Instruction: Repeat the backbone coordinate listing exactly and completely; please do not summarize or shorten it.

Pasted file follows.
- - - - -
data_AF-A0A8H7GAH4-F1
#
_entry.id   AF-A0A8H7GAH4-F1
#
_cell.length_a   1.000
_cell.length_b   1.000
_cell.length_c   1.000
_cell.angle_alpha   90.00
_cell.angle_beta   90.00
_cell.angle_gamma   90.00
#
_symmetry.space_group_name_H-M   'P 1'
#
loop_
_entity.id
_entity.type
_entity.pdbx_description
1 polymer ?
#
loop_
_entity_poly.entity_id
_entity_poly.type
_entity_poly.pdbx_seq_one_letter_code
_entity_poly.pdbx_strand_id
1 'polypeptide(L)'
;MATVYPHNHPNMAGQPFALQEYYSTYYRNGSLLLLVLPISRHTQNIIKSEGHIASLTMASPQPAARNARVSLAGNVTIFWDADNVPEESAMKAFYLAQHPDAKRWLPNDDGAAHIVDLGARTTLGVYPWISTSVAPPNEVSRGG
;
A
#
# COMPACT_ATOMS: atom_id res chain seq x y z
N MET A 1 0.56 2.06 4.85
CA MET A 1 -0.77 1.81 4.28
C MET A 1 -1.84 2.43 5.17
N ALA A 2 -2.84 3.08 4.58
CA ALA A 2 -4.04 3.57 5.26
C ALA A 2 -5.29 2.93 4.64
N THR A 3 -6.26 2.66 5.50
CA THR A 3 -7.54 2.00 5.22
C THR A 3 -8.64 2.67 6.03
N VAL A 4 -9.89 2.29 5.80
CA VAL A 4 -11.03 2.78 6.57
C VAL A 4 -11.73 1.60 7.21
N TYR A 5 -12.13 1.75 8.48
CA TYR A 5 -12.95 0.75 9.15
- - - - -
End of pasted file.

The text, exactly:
data_AF-A0A8H7GAH4-F1
#
_entry.id   AF-A0A8H7GAH4-F1
#
_cell.length_a   1.000
_cell.length_b   1.000
_cell.length_c   1.000
_cell.angle_alpha   90.00
_cell.angle_beta   90.00
_cell.angle_gamma   90.00
#
_symmetry.space_group_name_H-M   'P 1'
#
loop_
_entity.id
_entity.type
_entity.pdbx_description
1 polymer ?
#
loop_
_entity_poly.entity_id
_entity_poly.type
_entity_poly.pdbx_seq_one_letter_code
_entity_poly.pdbx_strand_id
1 'polypeptide(L)'
;MATVYPHNHPNMAGQPFALQEYYSTYYRNGSLLLLVLPISRHTQNIIKSEGHIASLTMASPQPAARNARVSLAGNVTIFWDADNVPEESAMKAFYLAQHPDAKRWLPNDDGAAHIVDLGARTTLGVYPWISTSVAPPNEVSRGG
;
A
#
# COMPACT_ATOMS: atom_id res chain seq x y z
N MET A 1 0.56 2.06 4.85
CA MET A 1 -0.77 1.81 4.28
C MET A 1 -1.84 2.43 5.17
N ALA A 2 -2.84 3.08 4.58
CA ALA A 2 -4.04 3.57 5.26
C ALA A 2 -5.29 2.93 4.64
N THR A 3 -6.26 2.66 5.50
CA THR A 3 -7.54 2.00 5.22
C THR A 3 -8.64 2.67 6.03
N VAL A 4 -9.89 2.29 5.80
CA VAL A 4 -11.03 2.78 6.57
C VAL A 4 -11.73 1.60 7.21
N TYR A 5 -12.13 1.75 8.48
CA TYR A 5 -12.95 0.75 9.15